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Wednesday May 09, 2018

From The Walker Art Center

Daymé Arocena: All Saints’ Day
By: Terrell LaMarr

Her band assumed the stage first. Three young men from Havana, clad in black, found their places behind the piano, bass, and drums, respectively. Daymé Arocena ascended the stairs dressed in the all-white of a santera, a single dread peeking out from beneath her matching white head wrap. She removed her shoes and left them at the edge of the stage—she needed to be comfortable and, wielding a voice like hers, even the most nimble could be knocked off balance by the force. Given her attire, the removal of her shoes almost felt religious: this was a ceremony, after all.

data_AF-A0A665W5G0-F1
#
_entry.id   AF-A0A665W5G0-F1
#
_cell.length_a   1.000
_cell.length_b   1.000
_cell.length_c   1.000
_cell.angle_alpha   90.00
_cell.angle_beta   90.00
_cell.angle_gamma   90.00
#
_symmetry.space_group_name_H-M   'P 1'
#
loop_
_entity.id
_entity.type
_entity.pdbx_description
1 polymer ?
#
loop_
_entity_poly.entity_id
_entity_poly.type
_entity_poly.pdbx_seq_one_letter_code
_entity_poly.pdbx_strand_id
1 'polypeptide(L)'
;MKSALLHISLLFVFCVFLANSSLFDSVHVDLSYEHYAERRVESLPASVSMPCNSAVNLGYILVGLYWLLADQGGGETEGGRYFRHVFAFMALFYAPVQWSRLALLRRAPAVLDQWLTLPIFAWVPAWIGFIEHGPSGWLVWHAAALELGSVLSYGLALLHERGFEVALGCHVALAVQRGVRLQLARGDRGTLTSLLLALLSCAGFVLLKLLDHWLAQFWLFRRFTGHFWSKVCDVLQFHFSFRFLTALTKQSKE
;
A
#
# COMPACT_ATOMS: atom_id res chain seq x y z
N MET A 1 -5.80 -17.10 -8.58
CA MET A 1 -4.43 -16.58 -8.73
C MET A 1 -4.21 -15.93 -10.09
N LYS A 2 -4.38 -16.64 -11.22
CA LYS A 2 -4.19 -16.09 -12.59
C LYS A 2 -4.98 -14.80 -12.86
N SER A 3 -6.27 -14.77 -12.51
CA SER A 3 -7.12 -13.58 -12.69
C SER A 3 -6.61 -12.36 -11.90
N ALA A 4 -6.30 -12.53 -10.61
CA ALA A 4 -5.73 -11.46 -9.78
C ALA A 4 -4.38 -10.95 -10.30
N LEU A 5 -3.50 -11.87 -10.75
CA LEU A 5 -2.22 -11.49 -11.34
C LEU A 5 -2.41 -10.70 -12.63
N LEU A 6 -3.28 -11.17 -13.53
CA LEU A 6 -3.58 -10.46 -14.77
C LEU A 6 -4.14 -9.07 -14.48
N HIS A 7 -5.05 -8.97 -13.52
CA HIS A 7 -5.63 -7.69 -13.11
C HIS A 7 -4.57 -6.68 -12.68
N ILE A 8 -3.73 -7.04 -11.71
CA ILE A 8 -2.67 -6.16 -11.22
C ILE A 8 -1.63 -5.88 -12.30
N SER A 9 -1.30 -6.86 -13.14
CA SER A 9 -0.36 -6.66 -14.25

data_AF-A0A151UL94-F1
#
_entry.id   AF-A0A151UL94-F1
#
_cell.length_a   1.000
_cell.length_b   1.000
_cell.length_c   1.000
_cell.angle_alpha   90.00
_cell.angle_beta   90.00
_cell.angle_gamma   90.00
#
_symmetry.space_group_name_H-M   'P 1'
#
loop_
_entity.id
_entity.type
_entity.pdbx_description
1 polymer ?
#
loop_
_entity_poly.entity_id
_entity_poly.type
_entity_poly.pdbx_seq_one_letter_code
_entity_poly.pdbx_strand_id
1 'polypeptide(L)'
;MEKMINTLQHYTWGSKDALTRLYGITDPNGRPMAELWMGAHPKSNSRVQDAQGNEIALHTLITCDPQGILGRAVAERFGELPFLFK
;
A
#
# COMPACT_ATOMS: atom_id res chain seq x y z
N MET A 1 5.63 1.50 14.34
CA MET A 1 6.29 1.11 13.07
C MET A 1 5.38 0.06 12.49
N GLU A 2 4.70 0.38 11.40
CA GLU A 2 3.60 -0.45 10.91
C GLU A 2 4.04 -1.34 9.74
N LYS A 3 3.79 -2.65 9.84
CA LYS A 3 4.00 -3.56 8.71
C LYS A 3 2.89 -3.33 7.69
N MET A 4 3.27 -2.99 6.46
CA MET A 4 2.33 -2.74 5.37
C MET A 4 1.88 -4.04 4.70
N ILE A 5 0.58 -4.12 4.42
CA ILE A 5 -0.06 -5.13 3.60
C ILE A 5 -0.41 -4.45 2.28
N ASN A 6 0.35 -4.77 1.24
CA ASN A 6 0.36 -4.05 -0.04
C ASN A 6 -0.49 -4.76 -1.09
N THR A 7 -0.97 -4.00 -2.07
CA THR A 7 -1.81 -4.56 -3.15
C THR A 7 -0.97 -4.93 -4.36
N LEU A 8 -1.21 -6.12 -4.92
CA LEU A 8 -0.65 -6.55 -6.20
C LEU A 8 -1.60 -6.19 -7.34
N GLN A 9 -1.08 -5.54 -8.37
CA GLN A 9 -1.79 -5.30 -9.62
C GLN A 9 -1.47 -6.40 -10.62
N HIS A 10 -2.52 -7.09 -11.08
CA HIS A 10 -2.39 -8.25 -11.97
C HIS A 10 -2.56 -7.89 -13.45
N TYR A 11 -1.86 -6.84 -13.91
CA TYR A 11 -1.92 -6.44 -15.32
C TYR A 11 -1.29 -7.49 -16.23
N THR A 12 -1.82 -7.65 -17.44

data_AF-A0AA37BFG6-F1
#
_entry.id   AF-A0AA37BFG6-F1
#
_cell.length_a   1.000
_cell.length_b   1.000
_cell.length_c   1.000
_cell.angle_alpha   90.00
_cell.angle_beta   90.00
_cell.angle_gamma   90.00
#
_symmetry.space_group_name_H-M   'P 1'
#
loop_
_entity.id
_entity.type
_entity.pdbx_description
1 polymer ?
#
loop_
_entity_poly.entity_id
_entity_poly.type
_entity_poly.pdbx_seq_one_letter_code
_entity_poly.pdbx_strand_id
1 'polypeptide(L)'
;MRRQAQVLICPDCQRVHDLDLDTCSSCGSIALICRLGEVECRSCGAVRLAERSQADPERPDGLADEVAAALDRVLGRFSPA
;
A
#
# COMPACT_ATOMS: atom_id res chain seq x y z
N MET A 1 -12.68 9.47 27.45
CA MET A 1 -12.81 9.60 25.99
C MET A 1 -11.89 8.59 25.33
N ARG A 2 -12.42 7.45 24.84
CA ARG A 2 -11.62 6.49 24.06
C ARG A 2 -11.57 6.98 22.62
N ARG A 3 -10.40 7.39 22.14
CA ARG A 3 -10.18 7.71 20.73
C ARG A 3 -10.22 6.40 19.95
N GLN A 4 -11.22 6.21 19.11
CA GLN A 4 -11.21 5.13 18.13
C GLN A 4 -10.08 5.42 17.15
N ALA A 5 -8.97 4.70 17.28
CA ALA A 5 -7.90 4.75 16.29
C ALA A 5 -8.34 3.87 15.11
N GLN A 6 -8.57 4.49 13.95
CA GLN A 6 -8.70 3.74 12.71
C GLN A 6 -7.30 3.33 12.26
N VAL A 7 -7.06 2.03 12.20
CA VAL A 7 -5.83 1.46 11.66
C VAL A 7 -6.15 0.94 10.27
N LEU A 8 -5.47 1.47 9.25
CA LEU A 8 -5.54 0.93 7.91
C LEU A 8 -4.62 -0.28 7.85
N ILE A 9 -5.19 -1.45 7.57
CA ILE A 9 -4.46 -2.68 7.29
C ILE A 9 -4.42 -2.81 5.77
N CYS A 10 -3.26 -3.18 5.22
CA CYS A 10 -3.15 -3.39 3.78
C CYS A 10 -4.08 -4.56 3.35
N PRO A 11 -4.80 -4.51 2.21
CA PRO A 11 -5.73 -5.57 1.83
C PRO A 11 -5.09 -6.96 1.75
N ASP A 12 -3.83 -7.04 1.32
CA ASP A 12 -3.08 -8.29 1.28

It would be reductive to say that Daymé Arocena is a natural performer. The raw talent has always been there, evidenced by the facts that she began attending one of Cuba’s most prestigious music academies at just nine years old, and that by 14 she had become the lead singer of a big band called Los Primos. Yet and still nature simply does not make them this good. It is difficult to imagine how much work went into Arocena becoming the performer we witnessed on this night. Perhaps her greatest strength is the way that emotion pours from her. All of her emotes. Her face, her eyes, her smile, her arms as she dances…and then, of course, there is the voice. By the time she reaches the final few lines of “Como” and exclaims “este amor me va matar (this love is going to kill me),” it feels as if it just might.

Read more of the glowing review here